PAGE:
They should. But the sad fact is that there are a large number of folks who still do not adequately protect themselves. And these folks, in turn, are putting the rest of us at risk. In fact, much of this "internet background noise" are computers infected with viruses that are several years old, and for which patches have also been available for several years.

So, yes, as I and others have been preaching almost daily, it's critical to keep your machine up to date and get behind a firewall so as to avoid becoming one of those machines trying to infect everyone else.

And to protect yourself from everyone who doesn't.

Article C2949 - March 1, 2007 « »

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Leo Leo A. Notenboom has been playing with computers since he was required to take a programming class in 1976. An 18 year career as a programmer at Microsoft soon followed. After "retiring" in 2001, Leo started Ask Leo! in 2003 as a place for answers to common computer and technical questions. More about Leo.

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7 Comments
jerry seibel
March 2, 2007 9:30 PM

Hi Leo,I enjoy your newsletter. Especially the "to the point" answers and descriptions you give.My brain is getting quite old, but i do remember the Wireless tech telling me i don't need all those firewalls because their equipment keeps changing, the IP address? I did check and i have a Nate. Thanks,js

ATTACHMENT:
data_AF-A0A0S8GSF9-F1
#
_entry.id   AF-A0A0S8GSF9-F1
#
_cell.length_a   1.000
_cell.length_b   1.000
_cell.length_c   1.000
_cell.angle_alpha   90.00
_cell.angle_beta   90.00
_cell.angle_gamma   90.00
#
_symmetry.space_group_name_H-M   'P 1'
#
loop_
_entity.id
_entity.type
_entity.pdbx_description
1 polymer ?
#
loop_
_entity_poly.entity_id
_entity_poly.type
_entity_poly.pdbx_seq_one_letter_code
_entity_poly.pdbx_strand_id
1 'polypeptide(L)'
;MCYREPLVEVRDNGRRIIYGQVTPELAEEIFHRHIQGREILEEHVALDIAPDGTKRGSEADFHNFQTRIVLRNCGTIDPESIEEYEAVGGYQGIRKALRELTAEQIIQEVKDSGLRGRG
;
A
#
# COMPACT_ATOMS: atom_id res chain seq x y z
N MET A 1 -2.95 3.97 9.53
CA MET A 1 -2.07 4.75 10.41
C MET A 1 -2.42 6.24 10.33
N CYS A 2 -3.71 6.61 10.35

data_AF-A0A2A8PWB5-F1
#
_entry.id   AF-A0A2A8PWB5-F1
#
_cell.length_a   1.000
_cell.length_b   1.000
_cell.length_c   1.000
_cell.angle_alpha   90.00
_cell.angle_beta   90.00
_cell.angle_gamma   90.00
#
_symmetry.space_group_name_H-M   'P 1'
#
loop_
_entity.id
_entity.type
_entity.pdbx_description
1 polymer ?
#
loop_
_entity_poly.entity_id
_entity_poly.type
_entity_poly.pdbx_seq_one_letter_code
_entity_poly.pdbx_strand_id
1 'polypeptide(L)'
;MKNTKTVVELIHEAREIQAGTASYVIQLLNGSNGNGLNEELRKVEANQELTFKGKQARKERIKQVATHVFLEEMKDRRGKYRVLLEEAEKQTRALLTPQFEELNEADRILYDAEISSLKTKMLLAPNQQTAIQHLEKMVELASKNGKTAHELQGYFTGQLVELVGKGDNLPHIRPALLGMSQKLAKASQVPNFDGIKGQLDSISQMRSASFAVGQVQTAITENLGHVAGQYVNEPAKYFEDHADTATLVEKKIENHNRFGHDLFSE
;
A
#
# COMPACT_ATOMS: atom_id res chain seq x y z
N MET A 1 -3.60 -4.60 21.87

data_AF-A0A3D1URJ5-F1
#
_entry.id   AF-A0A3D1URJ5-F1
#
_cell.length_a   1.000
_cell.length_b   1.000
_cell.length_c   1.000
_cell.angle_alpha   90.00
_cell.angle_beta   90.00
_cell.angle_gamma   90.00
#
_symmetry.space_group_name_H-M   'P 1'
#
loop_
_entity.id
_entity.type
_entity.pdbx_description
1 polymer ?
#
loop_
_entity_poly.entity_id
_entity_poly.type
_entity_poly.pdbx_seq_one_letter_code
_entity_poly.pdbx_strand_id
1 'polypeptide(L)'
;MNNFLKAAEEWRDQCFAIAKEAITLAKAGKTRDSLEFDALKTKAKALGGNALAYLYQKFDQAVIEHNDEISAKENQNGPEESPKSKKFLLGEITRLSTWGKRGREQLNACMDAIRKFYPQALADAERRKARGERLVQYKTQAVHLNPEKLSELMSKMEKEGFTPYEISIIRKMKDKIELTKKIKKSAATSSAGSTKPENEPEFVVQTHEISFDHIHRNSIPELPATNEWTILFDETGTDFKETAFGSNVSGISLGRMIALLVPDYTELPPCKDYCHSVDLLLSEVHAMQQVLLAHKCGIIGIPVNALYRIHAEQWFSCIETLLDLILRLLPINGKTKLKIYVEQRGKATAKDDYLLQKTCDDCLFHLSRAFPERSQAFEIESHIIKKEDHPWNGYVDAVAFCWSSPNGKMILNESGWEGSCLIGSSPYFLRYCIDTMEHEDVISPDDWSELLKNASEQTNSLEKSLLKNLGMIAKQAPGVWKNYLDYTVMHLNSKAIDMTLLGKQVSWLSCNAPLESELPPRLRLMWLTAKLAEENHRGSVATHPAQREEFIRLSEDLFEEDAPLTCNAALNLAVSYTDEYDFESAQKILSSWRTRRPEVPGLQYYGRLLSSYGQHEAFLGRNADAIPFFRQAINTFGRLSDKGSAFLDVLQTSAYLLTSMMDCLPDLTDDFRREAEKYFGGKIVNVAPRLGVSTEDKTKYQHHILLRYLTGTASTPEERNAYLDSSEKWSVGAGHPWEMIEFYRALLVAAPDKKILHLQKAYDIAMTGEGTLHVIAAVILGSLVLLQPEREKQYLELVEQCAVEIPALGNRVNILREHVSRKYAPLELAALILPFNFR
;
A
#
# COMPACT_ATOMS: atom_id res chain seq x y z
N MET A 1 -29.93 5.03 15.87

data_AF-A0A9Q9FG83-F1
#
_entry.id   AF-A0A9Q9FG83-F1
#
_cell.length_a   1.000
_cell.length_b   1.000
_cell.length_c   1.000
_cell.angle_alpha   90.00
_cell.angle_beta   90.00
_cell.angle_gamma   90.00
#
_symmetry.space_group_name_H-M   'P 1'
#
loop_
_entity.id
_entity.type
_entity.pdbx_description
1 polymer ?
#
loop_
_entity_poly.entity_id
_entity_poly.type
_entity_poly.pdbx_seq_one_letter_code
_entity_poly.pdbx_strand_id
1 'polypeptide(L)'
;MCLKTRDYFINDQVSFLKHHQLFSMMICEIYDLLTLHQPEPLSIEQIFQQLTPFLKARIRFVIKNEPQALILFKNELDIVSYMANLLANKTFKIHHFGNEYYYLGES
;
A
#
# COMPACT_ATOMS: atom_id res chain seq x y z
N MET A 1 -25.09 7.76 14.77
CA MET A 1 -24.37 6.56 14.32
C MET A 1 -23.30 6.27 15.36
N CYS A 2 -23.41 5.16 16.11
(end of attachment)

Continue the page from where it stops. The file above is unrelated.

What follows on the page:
Leo A. Notenboom
March 3, 2007 10:01 AM

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It depends on a lot of different things.

If you are on dial-up you get a new IP each time. I used to believe that
you didn't need a firewall in that case, but have since changed my mind.

MOST broadband connections also give you a new IP address occasionally,
but it's definitely not "changing all the time". Firewall of some sort
required.

What he *may* have been refering to is that you may already be behind a
net router which acts as a firewall. That's how I run here at home. My
router acts as my firewall for all my machines, and the machines
themselves do NOT run any additional firewall software.

But even if your IP changes, the random scans that I discuss in the
article are still happening, and could quite easily hit your IP address.

Leo
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salih abdulbaki
March 6, 2007 12:18 AM

I have a NAT router,its an external
modem provided by our ISP after we sign up for our DSL internet connection.i tried to get into it, but i just don't know where to start.do i need a software to get into to my router's setting?can you please help me out?

Jon Turnbull
March 7, 2007 7:49 AM

Try opening your web browser and typing dslrouter in the address bar. If you're with Verizon and you have the Westell router they usually supply, the default username is admin and the default password is password.

Paul Mierop
January 6, 2009 11:46 AM

Do I have to change the IP address of my router? (IP address to connect or setup the router is always the same on different routers). Can some one access my router from the outside and change the setup, passwords or break into my internal wireless connection security code?

Arjun. Singh
January 21, 2009 7:43 AM

How can I check logs on my Switch/router

Kas
June 3, 2010 11:43 PM

Is a software firewall good enough for those lacking money?